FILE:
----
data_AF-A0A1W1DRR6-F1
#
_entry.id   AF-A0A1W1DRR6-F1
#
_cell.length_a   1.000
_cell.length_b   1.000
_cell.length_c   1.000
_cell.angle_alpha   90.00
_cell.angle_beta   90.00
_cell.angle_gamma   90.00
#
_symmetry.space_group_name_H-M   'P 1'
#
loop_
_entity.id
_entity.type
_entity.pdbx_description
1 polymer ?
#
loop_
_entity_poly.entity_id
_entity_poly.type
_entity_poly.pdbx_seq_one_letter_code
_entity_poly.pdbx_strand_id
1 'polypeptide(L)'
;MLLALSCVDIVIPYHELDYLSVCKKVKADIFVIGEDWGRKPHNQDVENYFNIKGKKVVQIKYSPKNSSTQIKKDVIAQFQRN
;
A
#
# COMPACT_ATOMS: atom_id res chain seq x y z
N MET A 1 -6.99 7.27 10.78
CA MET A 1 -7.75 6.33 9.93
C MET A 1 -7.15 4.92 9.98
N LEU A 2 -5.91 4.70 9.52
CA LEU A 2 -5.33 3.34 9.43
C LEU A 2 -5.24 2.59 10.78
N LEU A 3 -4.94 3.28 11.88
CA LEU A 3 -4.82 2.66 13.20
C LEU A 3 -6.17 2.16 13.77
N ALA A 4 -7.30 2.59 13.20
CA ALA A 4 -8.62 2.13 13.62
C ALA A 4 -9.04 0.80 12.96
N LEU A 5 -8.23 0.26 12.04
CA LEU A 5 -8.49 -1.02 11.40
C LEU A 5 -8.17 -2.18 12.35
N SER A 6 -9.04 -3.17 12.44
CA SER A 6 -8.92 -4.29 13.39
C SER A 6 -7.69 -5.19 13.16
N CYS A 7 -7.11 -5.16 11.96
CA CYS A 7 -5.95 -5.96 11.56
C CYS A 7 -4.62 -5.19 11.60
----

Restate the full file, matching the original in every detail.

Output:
data_AF-A0A1W1DRR6-F1
#
_entry.id   AF-A0A1W1DRR6-F1
#
_cell.length_a   1.000
_cell.length_b   1.000
_cell.length_c   1.000
_cell.angle_alpha   90.00
_cell.angle_beta   90.00
_cell.angle_gamma   90.00
#
_symmetry.space_group_name_H-M   'P 1'
#
loop_
_entity.id
_entity.type
_entity.pdbx_description
1 polymer ?
#
loop_
_entity_poly.entity_id
_entity_poly.type
_entity_poly.pdbx_seq_one_letter_code
_entity_poly.pdbx_strand_id
1 'polypeptide(L)'
;MLLALSCVDIVIPYHELDYLSVCKKVKADIFVIGEDWGRKPHNQDVENYFNIKGKKVVQIKYSPKNSSTQIKKDVIAQFQRN
;
A
#
# COMPACT_ATOMS: atom_id res chain seq x y z
N MET A 1 -6.99 7.27 10.78
CA MET A 1 -7.75 6.33 9.93
C MET A 1 -7.15 4.92 9.98
N LEU A 2 -5.91 4.70 9.52
CA LEU A 2 -5.33 3.34 9.43
C LEU A 2 -5.24 2.59 10.78
N LEU A 3 -4.94 3.28 11.88
CA LEU A 3 -4.82 2.66 13.20
C LEU A 3 -6.17 2.16 13.77
N ALA A 4 -7.30 2.59 13.20
CA ALA A 4 -8.62 2.13 13.62
C ALA A 4 -9.04 0.80 12.96
N LEU A 5 -8.23 0.26 12.04
CA LEU A 5 -8.49 -1.02 11.40
C LEU A 5 -8.17 -2.18 12.35
N SER A 6 -9.04 -3.17 12.44
CA SER A 6 -8.92 -4.29 13.39
C SER A 6 -7.69 -5.19 13.16
N CYS A 7 -7.11 -5.16 11.96
CA CYS A 7 -5.95 -5.96 11.56
C CYS A 7 -4.62 -5.19 11.60